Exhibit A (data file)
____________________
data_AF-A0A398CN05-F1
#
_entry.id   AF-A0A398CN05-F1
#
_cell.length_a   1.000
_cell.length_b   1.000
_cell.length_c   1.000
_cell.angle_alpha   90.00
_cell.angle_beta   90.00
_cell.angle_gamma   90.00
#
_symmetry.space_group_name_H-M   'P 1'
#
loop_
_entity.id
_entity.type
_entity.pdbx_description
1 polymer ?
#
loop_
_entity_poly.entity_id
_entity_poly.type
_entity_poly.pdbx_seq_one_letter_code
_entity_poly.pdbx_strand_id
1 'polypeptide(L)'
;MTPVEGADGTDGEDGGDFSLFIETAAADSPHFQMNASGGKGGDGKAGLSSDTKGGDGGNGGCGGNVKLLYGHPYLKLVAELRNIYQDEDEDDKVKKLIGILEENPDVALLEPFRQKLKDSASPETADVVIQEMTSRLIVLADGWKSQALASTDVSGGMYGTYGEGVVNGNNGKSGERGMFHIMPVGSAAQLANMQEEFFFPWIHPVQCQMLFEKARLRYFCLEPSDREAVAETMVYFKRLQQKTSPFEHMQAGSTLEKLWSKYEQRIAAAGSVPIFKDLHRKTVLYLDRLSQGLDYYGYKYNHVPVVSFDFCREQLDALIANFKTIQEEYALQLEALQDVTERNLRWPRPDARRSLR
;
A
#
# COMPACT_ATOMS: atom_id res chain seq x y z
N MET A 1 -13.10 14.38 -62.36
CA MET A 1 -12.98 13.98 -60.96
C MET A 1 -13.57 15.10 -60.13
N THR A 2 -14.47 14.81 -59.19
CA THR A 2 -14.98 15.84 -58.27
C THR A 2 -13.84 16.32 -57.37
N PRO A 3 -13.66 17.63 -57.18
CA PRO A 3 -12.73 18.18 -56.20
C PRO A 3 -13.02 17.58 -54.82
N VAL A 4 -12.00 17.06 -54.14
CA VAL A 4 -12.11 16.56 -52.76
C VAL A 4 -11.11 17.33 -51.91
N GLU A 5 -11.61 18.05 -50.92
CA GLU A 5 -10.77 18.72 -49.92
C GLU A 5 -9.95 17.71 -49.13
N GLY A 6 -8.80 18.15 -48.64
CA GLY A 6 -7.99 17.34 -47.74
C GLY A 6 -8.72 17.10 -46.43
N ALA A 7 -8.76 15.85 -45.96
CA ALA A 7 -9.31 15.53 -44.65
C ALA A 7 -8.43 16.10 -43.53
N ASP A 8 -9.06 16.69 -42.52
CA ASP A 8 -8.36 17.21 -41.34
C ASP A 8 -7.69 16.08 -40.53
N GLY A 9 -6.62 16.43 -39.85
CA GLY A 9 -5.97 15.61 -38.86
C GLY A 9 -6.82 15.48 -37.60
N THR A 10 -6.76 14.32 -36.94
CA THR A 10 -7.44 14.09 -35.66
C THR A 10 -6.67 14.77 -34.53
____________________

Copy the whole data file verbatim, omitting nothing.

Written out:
data_AF-A0A398CN05-F1
#
_entry.id   AF-A0A398CN05-F1
#
_cell.length_a   1.000
_cell.length_b   1.000
_cell.length_c   1.000
_cell.angle_alpha   90.00
_cell.angle_beta   90.00
_cell.angle_gamma   90.00
#
_symmetry.space_group_name_H-M   'P 1'
#
loop_
_entity.id
_entity.type
_entity.pdbx_description
1 polymer ?
#
loop_
_entity_poly.entity_id
_entity_poly.type
_entity_poly.pdbx_seq_one_letter_code
_entity_poly.pdbx_strand_id
1 'polypeptide(L)'
;MTPVEGADGTDGEDGGDFSLFIETAAADSPHFQMNASGGKGGDGKAGLSSDTKGGDGGNGGCGGNVKLLYGHPYLKLVAELRNIYQDEDEDDKVKKLIGILEENPDVALLEPFRQKLKDSASPETADVVIQEMTSRLIVLADGWKSQALASTDVSGGMYGTYGEGVVNGNNGKSGERGMFHIMPVGSAAQLANMQEEFFFPWIHPVQCQMLFEKARLRYFCLEPSDREAVAETMVYFKRLQQKTSPFEHMQAGSTLEKLWSKYEQRIAAAGSVPIFKDLHRKTVLYLDRLSQGLDYYGYKYNHVPVVSFDFCREQLDALIANFKTIQEEYALQLEALQDVTERNLRWPRPDARRSLR
;
A
#
# COMPACT_ATOMS: atom_id res chain seq x y z
N MET A 1 -13.10 14.38 -62.36
CA MET A 1 -12.98 13.98 -60.96
C MET A 1 -13.57 15.10 -60.13
N THR A 2 -14.47 14.81 -59.19
CA THR A 2 -14.98 15.84 -58.27
C THR A 2 -13.84 16.32 -57.37
N PRO A 3 -13.66 17.63 -57.18
CA PRO A 3 -12.73 18.18 -56.20
C PRO A 3 -13.02 17.58 -54.82
N VAL A 4 -12.00 17.06 -54.14
CA VAL A 4 -12.11 16.56 -52.76
C VAL A 4 -11.11 17.33 -51.91
N GLU A 5 -11.61 18.05 -50.92
CA GLU A 5 -10.77 18.72 -49.92
C GLU A 5 -9.95 17.71 -49.13
N GLY A 6 -8.80 18.15 -48.64
CA GLY A 6 -7.99 17.34 -47.74
C GLY A 6 -8.72 17.10 -46.43
N ALA A 7 -8.76 15.85 -45.96
CA ALA A 7 -9.31 15.53 -44.65
C ALA A 7 -8.43 16.10 -43.53
N ASP A 8 -9.06 16.69 -42.52
CA ASP A 8 -8.36 17.21 -41.34
C ASP A 8 -7.69 16.08 -40.53
N GLY A 9 -6.62 16.43 -39.85
CA GLY A 9 -5.97 15.61 -38.86
C GLY A 9 -6.82 15.48 -37.60
N THR A 10 -6.76 14.32 -36.94
CA THR A 10 -7.44 14.09 -35.66
C THR A 10 -6.67 14.77 -34.53